Combining the above with the fact
and utilizing Lemma 2.4, it concludes that there exists an unbounded component with
As an immediate consequence of [6, emma 4-6], we have the following
Lemma 3.2. If , then is a solution of (1.1) and . Moreover, if with , has exactly simple zeroes in , and is positive on an interval for some ; if with , has exactly simple zeroes in , and is negative on an interval for some .
Lemma 3.3. Let (H1)–(H4), (H) and (A1)–(A4) be fulfilled. Then for each , the connected component joins with .
Proof. Assume that for some fixed with
The case can be treated by the same way.
We divide the proof into two steps.
Step 1. We show that if there exists a constant number such that then joins with . In this case it follows that Define Then satisfies the problem: Set then is nondecreasing, and (H4) and (H) yields
Now, we divide () by and set . Since is bounded in , after taking a subsequence if necessary, we have that for some with Moreover, from the definition of and (3.19) and the fact that is nondecreasing, we have that since By standard limit procedure, we get where again choosing a subsequence and relabeling if necessary. Moreover, the fact that , , has exactly simple zeroes in implies that has exactly simple zeroes in , too. Therefore .Step 2. We show that there exists a constant such that for all Suppose there is no such , choosing a subsequence and relabeling if necessary, it follows that
Let denote the zeroes of , and set Then, after taking a subsequence if necessary, We claim that for all
Suppose on the contrary that there exists such that Define a function by Then by Remark 3.1, there exists , such that Now we choose a closed interval with positive length, then we know from Lemma 2.7 that (after taking a subsequence if necessary) must change sign on . However, this contradicts the fact that for all sufficiently large, we have and Therefore, (3.27) holds.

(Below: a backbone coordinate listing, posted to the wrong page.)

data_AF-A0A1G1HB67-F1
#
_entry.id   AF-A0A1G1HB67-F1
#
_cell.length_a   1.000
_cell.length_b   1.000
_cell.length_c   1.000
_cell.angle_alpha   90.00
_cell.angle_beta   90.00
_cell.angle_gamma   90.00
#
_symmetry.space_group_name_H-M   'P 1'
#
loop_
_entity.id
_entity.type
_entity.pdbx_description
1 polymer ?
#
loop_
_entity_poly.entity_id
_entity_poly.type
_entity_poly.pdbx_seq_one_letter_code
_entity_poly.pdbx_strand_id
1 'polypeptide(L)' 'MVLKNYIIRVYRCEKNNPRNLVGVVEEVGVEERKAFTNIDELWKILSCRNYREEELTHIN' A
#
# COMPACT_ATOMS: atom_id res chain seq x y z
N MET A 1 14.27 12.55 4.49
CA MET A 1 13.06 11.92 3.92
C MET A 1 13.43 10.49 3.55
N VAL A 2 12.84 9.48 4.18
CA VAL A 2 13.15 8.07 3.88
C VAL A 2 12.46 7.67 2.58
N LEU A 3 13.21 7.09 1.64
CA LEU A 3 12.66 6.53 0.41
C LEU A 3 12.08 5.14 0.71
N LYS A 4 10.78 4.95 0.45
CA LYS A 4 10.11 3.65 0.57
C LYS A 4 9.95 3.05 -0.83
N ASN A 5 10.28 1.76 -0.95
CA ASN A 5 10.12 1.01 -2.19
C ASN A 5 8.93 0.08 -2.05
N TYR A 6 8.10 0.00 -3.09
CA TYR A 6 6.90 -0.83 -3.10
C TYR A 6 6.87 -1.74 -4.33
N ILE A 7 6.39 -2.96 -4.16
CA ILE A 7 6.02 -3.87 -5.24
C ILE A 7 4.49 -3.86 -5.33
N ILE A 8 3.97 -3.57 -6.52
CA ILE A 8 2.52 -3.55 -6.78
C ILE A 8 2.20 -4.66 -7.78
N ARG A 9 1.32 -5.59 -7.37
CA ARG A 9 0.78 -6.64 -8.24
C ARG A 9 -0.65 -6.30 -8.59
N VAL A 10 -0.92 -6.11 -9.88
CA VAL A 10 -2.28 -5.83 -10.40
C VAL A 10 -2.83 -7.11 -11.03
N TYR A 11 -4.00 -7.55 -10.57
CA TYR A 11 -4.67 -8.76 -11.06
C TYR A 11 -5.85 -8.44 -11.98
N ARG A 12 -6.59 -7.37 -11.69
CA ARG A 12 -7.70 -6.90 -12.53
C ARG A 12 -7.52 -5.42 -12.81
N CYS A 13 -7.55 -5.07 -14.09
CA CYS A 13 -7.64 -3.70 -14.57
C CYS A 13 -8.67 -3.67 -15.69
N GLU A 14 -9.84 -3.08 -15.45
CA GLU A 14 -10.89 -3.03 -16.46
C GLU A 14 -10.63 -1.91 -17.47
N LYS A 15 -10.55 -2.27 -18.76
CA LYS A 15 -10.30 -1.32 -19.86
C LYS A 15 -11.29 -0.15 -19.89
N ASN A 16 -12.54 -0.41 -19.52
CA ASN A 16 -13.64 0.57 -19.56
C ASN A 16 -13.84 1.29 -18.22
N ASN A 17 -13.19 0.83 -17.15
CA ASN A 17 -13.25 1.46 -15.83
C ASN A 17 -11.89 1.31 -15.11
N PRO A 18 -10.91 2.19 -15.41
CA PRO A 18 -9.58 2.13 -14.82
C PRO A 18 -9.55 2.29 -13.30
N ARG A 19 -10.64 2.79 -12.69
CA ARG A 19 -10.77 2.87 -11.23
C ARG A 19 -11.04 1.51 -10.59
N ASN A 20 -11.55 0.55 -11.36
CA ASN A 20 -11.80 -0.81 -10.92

On the other hand, it follows that which contradicts (3.27).
Therefore for some constant number , independent of .
Now we are in the position to prove Theorem 1.1.
Proof of Theorem 1.1. We only prove that has the desired property, the case of can be treated by the same way.
Assume that is a sequence with We claim that
Assume on the contrary that (3.36) is not true. We divide the proof into two cases.
Case 1. .In this case, we may take a subsequence of , denote it by again, with the property that there exists , such that for each ,
Since , it follows that for each , there exists a sequence , such that
Now let us consider the sequence . Obviously, we have that ?Equation (3.39) implies that Noticing that in (3.30) is independent of and using Remark 3.1 and the method to prove Lemma 3.3 and with obvious changes, we may show that is bounded, and subsequently However, this contradicts (3.37).
Case 2. . In this case, after taking a subsequence of and relabeling if necessary, we may assume that for some constant . Equation (3.35) together with (3.42) implies Using the same notations as those in Case 1, we have from (3.43) that Combining this with (3.40) and using Remark 3.1 and the similar method to prove Step 2 of Lemma 3.3 and noticing that in (3.30) is independent of , it concludes that is bounded. This is a contradiction.
Remark 3.4. It is easy to see from Theorem 1.1 and its proof that the “jumping” of at : does not affect the asymptotic behavior of at infinity. In other words, for any nonnegative function , the asymptotic behavior of at infinity is the same.
This work supported by the NSFC (no. 10671158), the NSF of Gansu Province (no. ZS051-A25-016), NWNU-KJCXGC-03-17, the Spring-sun program (no. Z2004-1-62033), SRFDP (no. 20060736001), and the SRF for ROCS, SEM (2006).